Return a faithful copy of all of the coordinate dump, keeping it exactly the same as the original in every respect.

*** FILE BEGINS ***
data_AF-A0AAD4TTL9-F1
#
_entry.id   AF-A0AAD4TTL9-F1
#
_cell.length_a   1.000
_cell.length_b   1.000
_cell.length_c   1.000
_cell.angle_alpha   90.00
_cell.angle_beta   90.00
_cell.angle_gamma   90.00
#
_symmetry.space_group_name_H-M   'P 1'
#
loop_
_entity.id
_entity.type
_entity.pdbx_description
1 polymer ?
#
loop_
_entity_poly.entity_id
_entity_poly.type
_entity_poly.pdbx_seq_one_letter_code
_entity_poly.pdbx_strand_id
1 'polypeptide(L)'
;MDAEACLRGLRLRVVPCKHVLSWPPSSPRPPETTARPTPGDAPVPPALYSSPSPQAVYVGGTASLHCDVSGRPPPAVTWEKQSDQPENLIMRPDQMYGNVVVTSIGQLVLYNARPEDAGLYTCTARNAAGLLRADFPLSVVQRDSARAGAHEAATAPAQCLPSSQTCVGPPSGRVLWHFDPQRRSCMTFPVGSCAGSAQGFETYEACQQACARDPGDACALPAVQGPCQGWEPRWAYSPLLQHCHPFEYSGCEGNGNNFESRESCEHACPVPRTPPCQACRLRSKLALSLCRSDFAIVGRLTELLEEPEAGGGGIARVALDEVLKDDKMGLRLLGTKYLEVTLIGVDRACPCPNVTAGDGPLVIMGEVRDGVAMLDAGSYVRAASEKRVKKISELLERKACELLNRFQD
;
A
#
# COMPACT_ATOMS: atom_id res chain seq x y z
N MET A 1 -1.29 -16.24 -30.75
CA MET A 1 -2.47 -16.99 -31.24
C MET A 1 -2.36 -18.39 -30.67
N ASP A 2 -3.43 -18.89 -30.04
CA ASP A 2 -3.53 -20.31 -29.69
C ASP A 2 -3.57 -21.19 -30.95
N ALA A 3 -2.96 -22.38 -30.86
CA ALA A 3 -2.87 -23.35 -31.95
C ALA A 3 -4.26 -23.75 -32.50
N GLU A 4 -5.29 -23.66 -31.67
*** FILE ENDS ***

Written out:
data_AF-A0AAD4TTL9-F1
#
_entry.id   AF-A0AAD4TTL9-F1
#
_cell.length_a   1.000
_cell.length_b   1.000
_cell.length_c   1.000
_cell.angle_alpha   90.00
_cell.angle_beta   90.00
_cell.angle_gamma   90.00
#
_symmetry.space_group_name_H-M   'P 1'
#
loop_
_entity.id
_entity.type
_entity.pdbx_description
1 polymer ?
#
loop_
_entity_poly.entity_id
_entity_poly.type
_entity_poly.pdbx_seq_one_letter_code
_entity_poly.pdbx_strand_id
1 'polypeptide(L)'
;MDAEACLRGLRLRVVPCKHVLSWPPSSPRPPETTARPTPGDAPVPPALYSSPSPQAVYVGGTASLHCDVSGRPPPAVTWEKQSDQPENLIMRPDQMYGNVVVTSIGQLVLYNARPEDAGLYTCTARNAAGLLRADFPLSVVQRDSARAGAHEAATAPAQCLPSSQTCVGPPSGRVLWHFDPQRRSCMTFPVGSCAGSAQGFETYEACQQACARDPGDACALPAVQGPCQGWEPRWAYSPLLQHCHPFEYSGCEGNGNNFESRESCEHACPVPRTPPCQACRLRSKLALSLCRSDFAIVGRLTELLEEPEAGGGGIARVALDEVLKDDKMGLRLLGTKYLEVTLIGVDRACPCPNVTAGDGPLVIMGEVRDGVAMLDAGSYVRAASEKRVKKISELLERKACELLNRFQD
;
A
#
# COMPACT_ATOMS: atom_id res chain seq x y z
N MET A 1 -1.29 -16.24 -30.75
CA MET A 1 -2.47 -16.99 -31.24
C MET A 1 -2.36 -18.39 -30.67
N ASP A 2 -3.43 -18.89 -30.04
CA ASP A 2 -3.53 -20.31 -29.69
C ASP A 2 -3.57 -21.19 -30.95
N ALA A 3 -2.96 -22.38 -30.86
CA ALA A 3 -2.87 -23.35 -31.95
C ALA A 3 -4.26 -23.75 -32.50
N GLU A 4 -5.29 -23.66 -31.67